In the States, it’s the start of the Back to School season. If you’re a parent, you’ve probably already hustled through the store aisles trying to find those pencils, notebooks, and backpacks. If you’re an educator, you’ve probably spent the better part of your summer gaining new knowledge yourself, training for new district standards, and creating awesome lesson plans. Many of our educational users – teachers, educators, homeschoolers, and even school districts – have also started emphasizing EdTech in their summer trainings, lesson development, and the like.
One EdTech aspect that we’re quite familiar with here at Easel.ly is the push for visual learning in (and out of) the classroom. Education no longer looks like it did when we were younger; teachers are moving away from textbooks and moving more towards unique types of engagement. Even Common Core structures are helping to foster an environment where visual communication and representation of information is commonplace.
As you can see in the infographic above, 65% of people (your students!) learn through visual input, and visual data is actually retained longer. So what does this mean for your classroom?
Embrace the Visual Frontier
As a teacher, whether you’re freshly graduated or a seasoned vet, you know that adapting to your students’ needs is the most important part of your career. In today’s digital world, students are more engaged on a visual level than ever before, which means that reading from a boring old textbook just isn’t going to cut it. It also means that you have to “hit home” for your students, and use creativity and innovation to really get through to them.
On top of that, new requirements from the Common Core curriculum emphasize the use of multiple modalities to demonstrate learning. Students don’t just take notes and then take a test anymore; they have to show that they’ve absorbed what they’ve learned by reiterating it in a few different ways.
According to the Common Core State Standards, students have to demonstrate competency by:
- Integrating visual information (e.g., in charts, graphs, photographs, videos or maps) with other information in print and digital texts.
- Integrating and evaluating content presented in diverse media and formats, including visually and quantitatively, as well as in words.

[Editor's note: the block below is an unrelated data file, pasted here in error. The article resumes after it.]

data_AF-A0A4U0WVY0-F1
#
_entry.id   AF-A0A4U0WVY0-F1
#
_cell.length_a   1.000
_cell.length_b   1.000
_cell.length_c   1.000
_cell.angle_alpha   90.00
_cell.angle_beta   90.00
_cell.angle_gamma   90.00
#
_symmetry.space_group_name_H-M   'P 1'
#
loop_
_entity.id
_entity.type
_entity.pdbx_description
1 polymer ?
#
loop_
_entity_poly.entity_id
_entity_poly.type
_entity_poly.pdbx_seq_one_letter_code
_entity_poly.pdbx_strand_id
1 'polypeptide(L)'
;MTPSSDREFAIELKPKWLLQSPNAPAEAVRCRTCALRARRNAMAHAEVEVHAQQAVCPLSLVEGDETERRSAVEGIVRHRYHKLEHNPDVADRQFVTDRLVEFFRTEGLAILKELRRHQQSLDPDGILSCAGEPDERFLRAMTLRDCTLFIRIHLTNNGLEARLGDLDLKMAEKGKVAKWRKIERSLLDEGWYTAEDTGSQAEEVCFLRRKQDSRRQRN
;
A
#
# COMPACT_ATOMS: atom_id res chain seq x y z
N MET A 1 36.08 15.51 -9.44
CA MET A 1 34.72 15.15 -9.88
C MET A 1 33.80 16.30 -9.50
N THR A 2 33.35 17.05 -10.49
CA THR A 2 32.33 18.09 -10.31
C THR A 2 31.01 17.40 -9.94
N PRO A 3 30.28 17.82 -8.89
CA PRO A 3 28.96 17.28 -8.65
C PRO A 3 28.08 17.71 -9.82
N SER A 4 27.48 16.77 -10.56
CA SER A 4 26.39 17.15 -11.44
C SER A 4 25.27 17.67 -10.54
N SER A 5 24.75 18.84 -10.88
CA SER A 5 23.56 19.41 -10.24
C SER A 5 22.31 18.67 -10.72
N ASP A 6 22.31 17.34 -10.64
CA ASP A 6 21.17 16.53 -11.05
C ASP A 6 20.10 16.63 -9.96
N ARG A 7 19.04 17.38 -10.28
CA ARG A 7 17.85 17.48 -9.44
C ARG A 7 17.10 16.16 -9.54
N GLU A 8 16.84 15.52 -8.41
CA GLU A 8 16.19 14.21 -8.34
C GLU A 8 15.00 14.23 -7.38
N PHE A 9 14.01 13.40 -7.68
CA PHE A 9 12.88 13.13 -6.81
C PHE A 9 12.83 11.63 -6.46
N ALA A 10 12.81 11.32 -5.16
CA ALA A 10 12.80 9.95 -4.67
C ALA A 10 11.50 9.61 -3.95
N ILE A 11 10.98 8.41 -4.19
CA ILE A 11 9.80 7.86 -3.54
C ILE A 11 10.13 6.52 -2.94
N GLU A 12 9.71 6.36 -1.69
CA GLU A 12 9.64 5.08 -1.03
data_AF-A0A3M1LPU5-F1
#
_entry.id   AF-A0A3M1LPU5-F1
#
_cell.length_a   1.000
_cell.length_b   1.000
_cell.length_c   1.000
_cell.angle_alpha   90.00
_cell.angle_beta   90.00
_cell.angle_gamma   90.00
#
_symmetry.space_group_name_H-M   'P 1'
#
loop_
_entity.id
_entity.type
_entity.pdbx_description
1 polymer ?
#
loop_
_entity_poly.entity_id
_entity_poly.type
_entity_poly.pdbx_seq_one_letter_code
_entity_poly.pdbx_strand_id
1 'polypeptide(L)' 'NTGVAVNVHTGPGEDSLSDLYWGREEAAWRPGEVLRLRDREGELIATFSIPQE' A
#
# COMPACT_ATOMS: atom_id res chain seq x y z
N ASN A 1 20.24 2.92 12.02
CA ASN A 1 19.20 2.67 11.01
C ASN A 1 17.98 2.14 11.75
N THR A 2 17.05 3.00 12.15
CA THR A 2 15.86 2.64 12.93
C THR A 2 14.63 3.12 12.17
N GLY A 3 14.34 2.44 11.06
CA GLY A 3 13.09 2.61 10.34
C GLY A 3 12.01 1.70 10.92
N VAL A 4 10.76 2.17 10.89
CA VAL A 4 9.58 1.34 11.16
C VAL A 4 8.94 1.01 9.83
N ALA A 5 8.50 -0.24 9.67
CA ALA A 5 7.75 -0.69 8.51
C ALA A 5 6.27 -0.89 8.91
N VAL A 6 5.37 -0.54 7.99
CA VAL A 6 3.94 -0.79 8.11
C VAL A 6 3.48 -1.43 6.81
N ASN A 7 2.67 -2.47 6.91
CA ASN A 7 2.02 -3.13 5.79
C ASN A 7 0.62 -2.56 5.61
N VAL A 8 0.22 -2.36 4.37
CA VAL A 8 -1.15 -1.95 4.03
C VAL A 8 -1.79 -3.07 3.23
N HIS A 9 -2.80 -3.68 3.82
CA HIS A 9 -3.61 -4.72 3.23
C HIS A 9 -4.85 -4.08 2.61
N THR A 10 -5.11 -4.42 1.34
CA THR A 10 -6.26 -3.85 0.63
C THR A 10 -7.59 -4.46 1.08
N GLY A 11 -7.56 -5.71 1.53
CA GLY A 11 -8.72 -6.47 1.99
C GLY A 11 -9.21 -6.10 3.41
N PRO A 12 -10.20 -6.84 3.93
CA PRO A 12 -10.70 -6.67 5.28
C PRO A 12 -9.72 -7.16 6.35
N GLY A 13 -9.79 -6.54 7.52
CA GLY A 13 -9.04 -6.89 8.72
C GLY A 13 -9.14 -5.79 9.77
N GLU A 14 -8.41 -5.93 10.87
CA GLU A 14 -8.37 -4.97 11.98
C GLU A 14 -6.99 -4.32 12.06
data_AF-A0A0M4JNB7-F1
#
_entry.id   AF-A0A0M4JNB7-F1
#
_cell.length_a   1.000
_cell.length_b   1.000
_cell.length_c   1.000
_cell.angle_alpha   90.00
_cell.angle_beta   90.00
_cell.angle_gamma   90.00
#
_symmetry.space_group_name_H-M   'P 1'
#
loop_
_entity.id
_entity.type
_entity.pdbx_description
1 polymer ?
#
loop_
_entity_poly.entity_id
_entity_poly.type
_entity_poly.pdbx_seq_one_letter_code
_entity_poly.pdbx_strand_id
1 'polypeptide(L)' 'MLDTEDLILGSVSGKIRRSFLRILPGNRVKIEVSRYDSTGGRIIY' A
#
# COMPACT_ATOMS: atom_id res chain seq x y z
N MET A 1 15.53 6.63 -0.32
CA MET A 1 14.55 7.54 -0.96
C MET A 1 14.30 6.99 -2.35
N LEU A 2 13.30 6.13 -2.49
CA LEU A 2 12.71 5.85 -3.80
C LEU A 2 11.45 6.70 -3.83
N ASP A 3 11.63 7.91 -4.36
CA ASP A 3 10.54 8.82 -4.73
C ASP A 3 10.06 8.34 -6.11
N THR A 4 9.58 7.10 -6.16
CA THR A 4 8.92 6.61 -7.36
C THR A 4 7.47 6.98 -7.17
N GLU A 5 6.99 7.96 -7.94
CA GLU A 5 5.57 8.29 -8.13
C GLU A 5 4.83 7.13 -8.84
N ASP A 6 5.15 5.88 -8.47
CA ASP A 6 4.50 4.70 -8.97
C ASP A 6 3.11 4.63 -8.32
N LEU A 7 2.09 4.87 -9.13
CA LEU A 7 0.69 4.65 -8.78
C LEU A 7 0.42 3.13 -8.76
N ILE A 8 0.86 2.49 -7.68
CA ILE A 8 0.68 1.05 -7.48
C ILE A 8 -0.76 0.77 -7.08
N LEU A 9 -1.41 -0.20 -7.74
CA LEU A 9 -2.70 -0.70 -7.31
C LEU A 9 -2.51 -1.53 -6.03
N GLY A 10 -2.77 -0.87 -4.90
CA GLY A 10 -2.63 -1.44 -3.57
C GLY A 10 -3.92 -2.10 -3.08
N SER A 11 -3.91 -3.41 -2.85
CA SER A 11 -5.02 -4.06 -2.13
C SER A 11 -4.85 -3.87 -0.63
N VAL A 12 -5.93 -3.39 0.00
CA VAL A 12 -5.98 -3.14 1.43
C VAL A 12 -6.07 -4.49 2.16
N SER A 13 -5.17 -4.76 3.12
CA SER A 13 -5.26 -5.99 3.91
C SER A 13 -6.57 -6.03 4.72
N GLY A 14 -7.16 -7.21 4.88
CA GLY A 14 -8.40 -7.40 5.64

(That sounds like a job for infographics!)
What better way to meet CCSS than by utilizing tools like Easel.ly to help students interpret information, visually retain it, and work with technology in new ways?
Why Should You Use Infographics in Your Classroom?
We talk a lot about the statistics behind visual data here on Easel.ly, and if you’re interested in reading up on just how important and versatile visual learning is, check out our “Infographics for Every Subject” blog here. But the statistics are just one part of the visual learning movement. Teachers are also finding that their students are more engaged when they are visually entertained, and actually enjoy creating their own visuals to represent what they’re learning.
Teachers and educators aren’t limited to creating and using infographics to teach students – students can teach and share their own infographics to demonstrate CCSS benchmarks and be entertained at the same time. The classroom dynamic is changing, and students are on the front lines of an entirely digital world.
Infographics are becoming quite the tool in a number of places, from the classroom to the boardroom and anywhere in between. The reality is that displaying information in succinct and creative ways is the information carrier of the future. Give them the tools to demonstrate what you’ve taught them, and also give them tools to prepare them for the future.
If you would like to see just what you can do with Easel.ly’s Creation Tool to help your students hit the CCSS benchmarks, check out our awesome Reading Information and Reading Literature Standards:
- Reading Information Standard 1
- Reading Information Standard 2
- Reading Information Standard 3
- Reading Literature Standard 1
- Reading Literature Standard 2
- Reading Literature Standard 3
- Reading Literature Standard 4